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Jeffrey Epstein's mentor — who once ran a Ponzi scheme — was found dead. He was 77

Steven Hoffenberg, pictured in 1993, was found dead in a Connecticut apartment earlier this week. The 77-year-old Hoffenberg is believed to have died at least seven days before his body was found.
Alex Brandon
/
AP
Steven Hoffenberg, pictured in 1993, was found dead in a Connecticut apartment earlier this week. The 77-year-old Hoffenberg is believed to have died at least seven days before his body was found.

HARTFORD, Conn. — Medical examiners confirmed Friday that convicted Ponzi schemer and Jeffrey Epstein mentor Steven Hoffenberg was the person found dead in a Connecticut apartment earlier this week.

Hoffenberg, 77, is believed to have died at least seven days before his body was found Tuesday in Derby by police, who responded to a request to check on his welfare, authorities said. He had to be identified through dental records because of the decomposition of his body, police said.

His cause of death is pending toxicology test results. An autopsy showed no signs of trauma, and there were no indications of a struggle or forced entry at the apartment, officials said.

Epstein, the disgraced financier who killed himself in a New York jail in 2019 while awaiting trial on allegations he sexually abused dozens of girls, worked for Hoffenberg's bill collection company, Towers Financial Corp., in the late 1980s, when prosecutors said the Ponzi scheme began.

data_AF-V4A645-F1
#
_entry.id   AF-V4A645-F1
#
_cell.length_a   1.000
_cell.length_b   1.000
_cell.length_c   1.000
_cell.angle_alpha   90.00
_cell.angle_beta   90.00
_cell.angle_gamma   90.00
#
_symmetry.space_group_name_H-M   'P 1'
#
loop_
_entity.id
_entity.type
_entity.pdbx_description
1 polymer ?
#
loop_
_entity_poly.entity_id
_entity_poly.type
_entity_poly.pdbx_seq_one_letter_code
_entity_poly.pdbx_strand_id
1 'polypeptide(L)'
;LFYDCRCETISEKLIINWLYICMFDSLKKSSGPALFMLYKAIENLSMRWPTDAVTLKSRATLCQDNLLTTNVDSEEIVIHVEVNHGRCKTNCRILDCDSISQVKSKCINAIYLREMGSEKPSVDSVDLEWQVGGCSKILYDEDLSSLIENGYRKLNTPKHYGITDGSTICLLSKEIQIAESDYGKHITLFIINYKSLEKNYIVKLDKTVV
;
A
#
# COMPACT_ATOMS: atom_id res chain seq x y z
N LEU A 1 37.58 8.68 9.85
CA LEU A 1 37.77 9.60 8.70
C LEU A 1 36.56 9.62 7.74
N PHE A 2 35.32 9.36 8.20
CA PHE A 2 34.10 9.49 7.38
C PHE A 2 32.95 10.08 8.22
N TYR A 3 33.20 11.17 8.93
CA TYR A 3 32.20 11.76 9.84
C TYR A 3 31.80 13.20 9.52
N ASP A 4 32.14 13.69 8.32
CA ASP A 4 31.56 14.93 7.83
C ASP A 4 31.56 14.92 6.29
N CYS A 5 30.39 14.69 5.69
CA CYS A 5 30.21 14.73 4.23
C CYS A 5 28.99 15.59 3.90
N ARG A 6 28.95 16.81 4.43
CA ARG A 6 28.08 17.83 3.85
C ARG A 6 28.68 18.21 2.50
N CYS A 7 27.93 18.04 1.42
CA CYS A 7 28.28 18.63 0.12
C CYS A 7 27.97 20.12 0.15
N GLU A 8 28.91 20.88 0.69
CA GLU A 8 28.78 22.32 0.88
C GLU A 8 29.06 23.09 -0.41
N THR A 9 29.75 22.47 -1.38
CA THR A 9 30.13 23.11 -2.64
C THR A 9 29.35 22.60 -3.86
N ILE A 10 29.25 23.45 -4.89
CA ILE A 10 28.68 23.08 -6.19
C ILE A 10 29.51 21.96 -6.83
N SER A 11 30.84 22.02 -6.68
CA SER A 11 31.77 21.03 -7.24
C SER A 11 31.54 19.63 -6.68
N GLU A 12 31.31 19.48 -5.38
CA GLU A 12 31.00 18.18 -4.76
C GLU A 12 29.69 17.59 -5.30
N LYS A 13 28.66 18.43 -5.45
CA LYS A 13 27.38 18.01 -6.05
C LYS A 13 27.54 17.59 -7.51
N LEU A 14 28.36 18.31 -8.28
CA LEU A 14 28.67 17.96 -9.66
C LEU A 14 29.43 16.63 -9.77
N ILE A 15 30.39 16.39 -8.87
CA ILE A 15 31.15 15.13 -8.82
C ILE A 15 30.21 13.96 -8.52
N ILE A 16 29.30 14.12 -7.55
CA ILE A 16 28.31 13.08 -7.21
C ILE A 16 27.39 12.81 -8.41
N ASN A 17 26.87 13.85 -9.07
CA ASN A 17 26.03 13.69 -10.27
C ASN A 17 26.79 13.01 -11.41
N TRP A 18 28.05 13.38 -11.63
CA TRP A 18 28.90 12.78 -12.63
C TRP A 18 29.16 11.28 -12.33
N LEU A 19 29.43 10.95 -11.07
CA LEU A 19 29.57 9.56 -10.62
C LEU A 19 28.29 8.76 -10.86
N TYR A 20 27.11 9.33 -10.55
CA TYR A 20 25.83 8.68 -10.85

Hoffenberg, who once tried buying the New York Post, ended up getting busted in one of the country's largest frauds. He admitted he swindled thousands of investors out of $460 million and was sentenced in 1997 to 20 years in prison. He claimed Epstein was actually the architect of the scheme, but Epstein was never charged.

He was released from federal custody in 2013, according to the U.S. Bureau of Prisons. It was not immediately clear how he ended up living in a small apartment in a multifamily home in Derby, about 12 miles (19 kilometers) northeast of Bridgeport.

Gary Baise, one of Hoffenberg's friends and lawyers and a former acting deputy U.S. attorney general, said Hoffenberg and Epstein had a "special relationship" and Hoffenberg said Epstein was the smartest person he knew when it came to money.

Baise said Hoffenberg also was very intelligent, which may have contributed to his downfall.

"He was too smart for his own good," Baise said in a phone interview Friday. "He thought he could get away with his Ponzi scheme but he could not. He did not have self-control. He always thought he was smarter than the next guy and that was one of his problems. ... But he was a good man."

Baise, who said he had not had contact with Hoffenberg for several months, said he wasn't surprised by his death because Hoffenberg did not appear to be taking good care of himself.

Police in Derby were asked to do a welfare check on Hoffenberg on Tuesday by a private investigator for a woman who identified herself as close to Hoffenberg and a sexual abuse victim of Epstein's, Derby police Lt. Justin Stanko said. The investigator said the woman had not heard from Hoffenberg for five days, and that was unusual, Stanko said.

Hoffenberg briefly took over the New York Post in 1993 while bidding to own it. The Post reported that Hoffenberg funded the paper for three months and rescued it from bankruptcy. His efforts to buy the paper were derailed by civil fraud allegations by the Securities and Exchange Commission that led to the criminal prosecution of the Ponzi case.

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The Associated Press